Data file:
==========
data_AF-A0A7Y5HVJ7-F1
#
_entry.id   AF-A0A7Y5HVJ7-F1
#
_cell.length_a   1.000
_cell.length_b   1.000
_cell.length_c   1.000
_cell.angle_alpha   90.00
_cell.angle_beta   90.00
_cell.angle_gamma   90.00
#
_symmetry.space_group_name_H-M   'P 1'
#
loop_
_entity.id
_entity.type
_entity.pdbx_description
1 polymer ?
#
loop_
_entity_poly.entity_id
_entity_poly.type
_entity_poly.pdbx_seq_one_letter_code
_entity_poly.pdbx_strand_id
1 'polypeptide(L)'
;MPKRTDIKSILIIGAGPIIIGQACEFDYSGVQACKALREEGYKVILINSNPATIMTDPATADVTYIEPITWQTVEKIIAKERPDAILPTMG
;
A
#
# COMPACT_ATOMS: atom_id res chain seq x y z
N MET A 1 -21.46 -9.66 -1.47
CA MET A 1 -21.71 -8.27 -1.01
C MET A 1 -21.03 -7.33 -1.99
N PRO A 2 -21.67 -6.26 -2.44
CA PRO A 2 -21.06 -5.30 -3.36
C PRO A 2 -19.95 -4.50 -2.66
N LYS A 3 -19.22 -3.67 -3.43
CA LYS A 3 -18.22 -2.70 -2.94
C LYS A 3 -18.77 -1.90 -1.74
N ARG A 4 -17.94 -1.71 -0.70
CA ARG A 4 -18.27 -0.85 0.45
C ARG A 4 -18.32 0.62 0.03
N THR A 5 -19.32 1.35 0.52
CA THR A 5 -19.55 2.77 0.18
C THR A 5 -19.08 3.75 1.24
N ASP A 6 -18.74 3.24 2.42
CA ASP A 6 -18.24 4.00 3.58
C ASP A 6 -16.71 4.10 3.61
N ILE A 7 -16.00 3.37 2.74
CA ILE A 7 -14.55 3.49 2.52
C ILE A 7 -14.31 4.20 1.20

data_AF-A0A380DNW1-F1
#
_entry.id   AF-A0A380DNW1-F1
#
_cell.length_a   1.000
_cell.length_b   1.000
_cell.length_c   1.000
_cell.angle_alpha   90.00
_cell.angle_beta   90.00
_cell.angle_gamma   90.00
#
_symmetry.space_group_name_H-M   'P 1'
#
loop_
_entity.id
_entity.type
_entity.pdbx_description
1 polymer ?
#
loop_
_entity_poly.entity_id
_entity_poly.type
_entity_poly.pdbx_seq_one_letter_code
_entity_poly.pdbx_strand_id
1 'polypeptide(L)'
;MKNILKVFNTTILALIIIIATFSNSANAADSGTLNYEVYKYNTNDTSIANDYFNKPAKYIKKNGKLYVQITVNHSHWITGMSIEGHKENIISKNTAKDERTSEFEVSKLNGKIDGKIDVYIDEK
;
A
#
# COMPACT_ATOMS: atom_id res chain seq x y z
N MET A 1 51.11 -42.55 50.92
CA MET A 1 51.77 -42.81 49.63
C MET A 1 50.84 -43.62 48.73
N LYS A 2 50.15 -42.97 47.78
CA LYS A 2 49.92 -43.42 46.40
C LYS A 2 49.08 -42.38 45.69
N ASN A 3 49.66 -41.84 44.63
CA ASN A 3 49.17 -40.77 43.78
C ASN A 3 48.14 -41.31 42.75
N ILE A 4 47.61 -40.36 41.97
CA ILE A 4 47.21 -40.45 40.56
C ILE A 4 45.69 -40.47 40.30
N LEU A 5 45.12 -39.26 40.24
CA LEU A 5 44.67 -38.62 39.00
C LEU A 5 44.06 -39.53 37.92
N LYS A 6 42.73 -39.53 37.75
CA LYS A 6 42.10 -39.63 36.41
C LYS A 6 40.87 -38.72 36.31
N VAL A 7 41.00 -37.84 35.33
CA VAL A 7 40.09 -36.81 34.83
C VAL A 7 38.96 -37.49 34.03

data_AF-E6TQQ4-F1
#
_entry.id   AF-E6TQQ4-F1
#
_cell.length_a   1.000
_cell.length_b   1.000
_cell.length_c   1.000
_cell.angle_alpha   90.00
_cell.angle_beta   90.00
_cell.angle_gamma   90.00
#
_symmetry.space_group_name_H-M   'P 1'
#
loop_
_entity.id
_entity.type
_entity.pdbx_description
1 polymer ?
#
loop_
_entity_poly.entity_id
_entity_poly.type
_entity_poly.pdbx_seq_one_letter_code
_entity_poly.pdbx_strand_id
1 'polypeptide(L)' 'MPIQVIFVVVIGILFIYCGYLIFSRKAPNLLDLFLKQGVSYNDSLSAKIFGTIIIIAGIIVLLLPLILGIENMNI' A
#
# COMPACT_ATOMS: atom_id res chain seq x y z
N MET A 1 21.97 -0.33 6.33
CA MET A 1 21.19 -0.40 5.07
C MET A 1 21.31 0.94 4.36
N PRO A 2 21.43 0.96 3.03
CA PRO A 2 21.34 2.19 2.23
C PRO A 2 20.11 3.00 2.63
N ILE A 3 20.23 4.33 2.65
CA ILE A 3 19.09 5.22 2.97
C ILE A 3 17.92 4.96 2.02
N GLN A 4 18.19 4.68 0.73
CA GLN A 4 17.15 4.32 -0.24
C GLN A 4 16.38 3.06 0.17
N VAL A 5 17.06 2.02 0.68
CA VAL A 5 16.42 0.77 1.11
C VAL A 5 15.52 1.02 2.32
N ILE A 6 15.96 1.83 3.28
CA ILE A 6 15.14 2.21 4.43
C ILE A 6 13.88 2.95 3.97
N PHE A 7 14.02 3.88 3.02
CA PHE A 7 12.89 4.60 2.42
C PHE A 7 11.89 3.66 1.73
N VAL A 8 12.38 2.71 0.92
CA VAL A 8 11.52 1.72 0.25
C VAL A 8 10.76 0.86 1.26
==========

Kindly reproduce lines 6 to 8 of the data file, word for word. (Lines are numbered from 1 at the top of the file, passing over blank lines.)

_cell.length_b   1.000
_cell.length_c   1.000
_cell.angle_alpha   90.00